Head of DAF, German Labour Front. Ley committed suicide on October 25, 1945, before the trial began. Indicted but neither acquitted nor found guilty as trial did not proceed, Ley was reputed to be a drunk and erratic leader who nonetheless kept favour with Hitler by his unswerving loyalty. When Hitler became Chancellor in January 1933, Ley accompanied him to Berlin. In April, when the trade union movement was taken over by the state, Hitler appointed him head of the German Labour Front

‘Ley was brought to an interrogation room and I found him to be excessively nervous. In fact, he had difficulty in speaking. I put the list of lawyers before him but he began to talk, disjointedly, of the possibility of handling his own defence – he didn’t however pursue this line for long. He looked at the list, absentmindedly, and then said: “I have given much thought to being defended by a Hebrew lawyer, I mean, a Jew,” and he said something about it being a “just turn of fate” if he were to be defended by such a person. I could not offer such a choice from the list for reasons that hardly require elucidation. He finally selected a name from the list but the services of this counsel were not required – he hanged himself in his cell afterwards’ (Ley is pictured,  left, with the Duke of Windsor in 1937, and, right, with Adolf Hitler in 1940)

‘Ah,’ he said ‘sehr schoen’ (splendid). He offered me a seat on his cot and proceeded to apologise for the lack of hospitality. I have asked for some of my furniture from Carinhall to be brought here,’ he declared, poker-faced.

‘It has still not arrived. I blame the management.’

‘Quite a sense of humour, I thought, looking at Goering for the first time, somewhat overawed by the occasion.

‘He had not bothered to put his trousers on either but had wrapped a blanket around his legs as he was sitting down next to me.

‘He had deep rings under his eyes, probably the effect of the drug withdrawal programme he had undergone, but his eyes themselves were very alert and his intelligence was obvious.’

Of Ley and Hess, he added: ‘Ley was brought to an interrogation room and I found him to be excessively nervous. In fact, he had difficulty in speaking.

‘I put the list of lawyers before him but he began to talk, disjointedly, of the possibility of handling his own defence – he didn’t however pursue this line for long.

‘He looked at the list, absentmindedly, and then said: “I have given much thought to being defended by a Hebrew lawyer, I mean, a Jew,” and he said something about it being a “just turn of fate” if he were to be defended by such a person.

‘I could not offer such a choice from the list for reasons that hardly require elucidation. He finally selected a name from the list but the services of this counsel were not required – Ley hanged himself in his cell soon afterwards.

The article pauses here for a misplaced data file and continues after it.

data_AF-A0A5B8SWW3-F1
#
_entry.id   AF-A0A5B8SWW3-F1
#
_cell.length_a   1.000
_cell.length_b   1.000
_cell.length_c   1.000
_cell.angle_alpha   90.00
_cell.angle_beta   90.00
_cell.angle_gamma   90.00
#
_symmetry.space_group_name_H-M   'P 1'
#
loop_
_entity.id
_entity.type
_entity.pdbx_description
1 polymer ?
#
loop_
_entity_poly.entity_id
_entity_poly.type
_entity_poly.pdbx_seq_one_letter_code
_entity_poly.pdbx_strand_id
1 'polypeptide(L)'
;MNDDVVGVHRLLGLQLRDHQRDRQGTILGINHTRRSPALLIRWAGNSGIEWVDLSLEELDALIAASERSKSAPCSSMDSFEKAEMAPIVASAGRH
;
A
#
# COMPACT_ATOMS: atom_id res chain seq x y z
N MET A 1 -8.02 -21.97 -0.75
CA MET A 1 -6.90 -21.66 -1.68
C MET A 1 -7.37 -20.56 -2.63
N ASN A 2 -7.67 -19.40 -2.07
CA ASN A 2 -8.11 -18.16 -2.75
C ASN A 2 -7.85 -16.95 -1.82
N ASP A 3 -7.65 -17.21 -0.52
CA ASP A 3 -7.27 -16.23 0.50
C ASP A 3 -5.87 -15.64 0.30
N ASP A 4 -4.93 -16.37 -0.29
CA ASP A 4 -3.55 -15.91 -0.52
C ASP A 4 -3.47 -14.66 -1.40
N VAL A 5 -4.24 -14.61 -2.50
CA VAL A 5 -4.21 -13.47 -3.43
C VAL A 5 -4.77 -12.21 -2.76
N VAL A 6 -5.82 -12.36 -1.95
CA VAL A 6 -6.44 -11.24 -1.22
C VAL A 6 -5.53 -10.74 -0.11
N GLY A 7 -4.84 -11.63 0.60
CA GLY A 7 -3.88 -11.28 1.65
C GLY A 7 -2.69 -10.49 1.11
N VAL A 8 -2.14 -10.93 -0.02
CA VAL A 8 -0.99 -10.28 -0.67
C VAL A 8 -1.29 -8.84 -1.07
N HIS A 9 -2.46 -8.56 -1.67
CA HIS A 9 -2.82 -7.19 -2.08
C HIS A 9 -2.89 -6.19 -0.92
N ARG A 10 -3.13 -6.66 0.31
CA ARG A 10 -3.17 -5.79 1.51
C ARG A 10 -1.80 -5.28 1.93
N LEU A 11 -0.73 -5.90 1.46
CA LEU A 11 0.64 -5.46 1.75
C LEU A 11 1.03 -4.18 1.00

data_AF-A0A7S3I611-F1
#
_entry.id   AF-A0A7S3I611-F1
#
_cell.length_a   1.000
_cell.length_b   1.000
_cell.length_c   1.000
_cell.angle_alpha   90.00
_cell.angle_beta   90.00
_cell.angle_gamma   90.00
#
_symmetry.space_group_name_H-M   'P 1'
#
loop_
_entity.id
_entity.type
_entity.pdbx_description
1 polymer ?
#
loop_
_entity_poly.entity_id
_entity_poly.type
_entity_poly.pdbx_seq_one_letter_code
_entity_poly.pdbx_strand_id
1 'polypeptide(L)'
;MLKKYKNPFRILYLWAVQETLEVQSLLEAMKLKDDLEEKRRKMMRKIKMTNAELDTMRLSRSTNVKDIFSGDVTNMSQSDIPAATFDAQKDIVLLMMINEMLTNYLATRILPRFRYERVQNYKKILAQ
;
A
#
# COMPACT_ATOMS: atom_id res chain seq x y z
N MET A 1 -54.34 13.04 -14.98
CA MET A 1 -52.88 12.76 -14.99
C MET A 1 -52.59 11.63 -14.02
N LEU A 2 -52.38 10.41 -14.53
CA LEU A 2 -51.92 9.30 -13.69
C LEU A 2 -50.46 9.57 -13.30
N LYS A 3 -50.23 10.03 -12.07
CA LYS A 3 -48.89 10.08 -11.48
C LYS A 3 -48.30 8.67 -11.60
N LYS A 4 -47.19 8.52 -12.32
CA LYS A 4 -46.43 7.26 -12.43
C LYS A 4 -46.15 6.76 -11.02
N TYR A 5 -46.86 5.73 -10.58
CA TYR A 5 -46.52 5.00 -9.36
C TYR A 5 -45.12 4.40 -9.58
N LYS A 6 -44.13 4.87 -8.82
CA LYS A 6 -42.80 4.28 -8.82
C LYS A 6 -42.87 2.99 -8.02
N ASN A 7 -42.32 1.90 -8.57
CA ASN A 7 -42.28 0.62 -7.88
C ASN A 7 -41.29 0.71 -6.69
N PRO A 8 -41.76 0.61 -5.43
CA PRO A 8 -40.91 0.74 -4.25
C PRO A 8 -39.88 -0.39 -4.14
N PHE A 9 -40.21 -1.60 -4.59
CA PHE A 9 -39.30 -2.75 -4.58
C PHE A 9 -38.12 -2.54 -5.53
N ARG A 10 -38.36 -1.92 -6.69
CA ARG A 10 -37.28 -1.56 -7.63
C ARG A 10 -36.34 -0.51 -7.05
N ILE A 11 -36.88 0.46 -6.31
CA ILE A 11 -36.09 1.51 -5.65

‘Hess was next. He looked terrible. His cheeks were deeply sunken, his burning eyes had an insane look to them, his mouth was only a slit and he remained defiant, if not belligerent, throughout our conversation.

‘He had no intention of defending himself he declared at one moment and then announced that he would defend himself. I explained patiently that he would not know how to do this in the face of the unfamiliar rules of procedure.

‘Das ist mir gleichguelting (I couldn’t care less),’ snarled Hess and that was his answer to any other argument I put forward. The interview ended inconclusively.’

Mr Frank later received acclaim as a daring investigative reporter going undercover in post-war Germany to track down high ranking Nazis who had evaded justice and extract confessions from them.

However, his turbulent personal life – he was married five times and had numerous affairs – and ill health took a heavy toll and he died aged 75 in 1988. 

What were the Nuremberg Trials? How Nazis including Hitler’s chosen successor were tried for war crimes between 1945 and 1949 

The Nuremberg trials were a series of military tribunals held by the Allied forces under international law and the laws of war following the Second World War.

They were notable for the prosecution of leading figures from the political, military, judicial and economic leadership of Nazi Germany. Many of these figures were responsible for war crimes including the Holocaust and systematic ethnic cleansing of non-Aryan races.

The trials were held in the city of Nuremberg, Germany, and are described as the ‘greatest trial in history’.

Held between November 20, 1945 and October 1, 1946, the Tribunal was given the task of trying 24 of the most important figures within the Third Reich.

Hermann Goering:  Reichsmarschall, Commander of the Luftwaffe 1935–45, Chief of the 4-Year Plan 1936–45, and original head of the Gestapo until 1934. 

Originally the second-highest-ranked member of the Nazi Party and Hitler’s designated successor, he fell out of favour with the Nazi leader in April 1945. He was the highest ranking Nazi official to be tried at Nuremberg. 

Goering was sentenced to hanging, but committed suicide by ingesting cyanide while waiting to be executed.

Rudolf Hess: Hitler’s Deputy Fuhrer until he flew to Scotland in 1941 in a bid to broker peace with the United Kingdom. Was sentenced to life imprisonment for war crimes. At the age of 93, Hess is said to have hanged himself. 

Dr Robert Ley: Head of DAF – the German Labour Front. Ley committed suicide on 25 October 1945, before the trial began. He was indicted but neither acquitted nor found guilty as trial did not proceed.

Albert Speer: Was sentenced to 20 years in prison for crimes against peace and humanity. Hitler’s close friend and favorite architect, he was the Minister of Armaments from 1942 until the end of the war. In this capacity, he was responsible for the use of slave labourers from the occupied territories in armaments production.

Read more at DailyMail.co.uk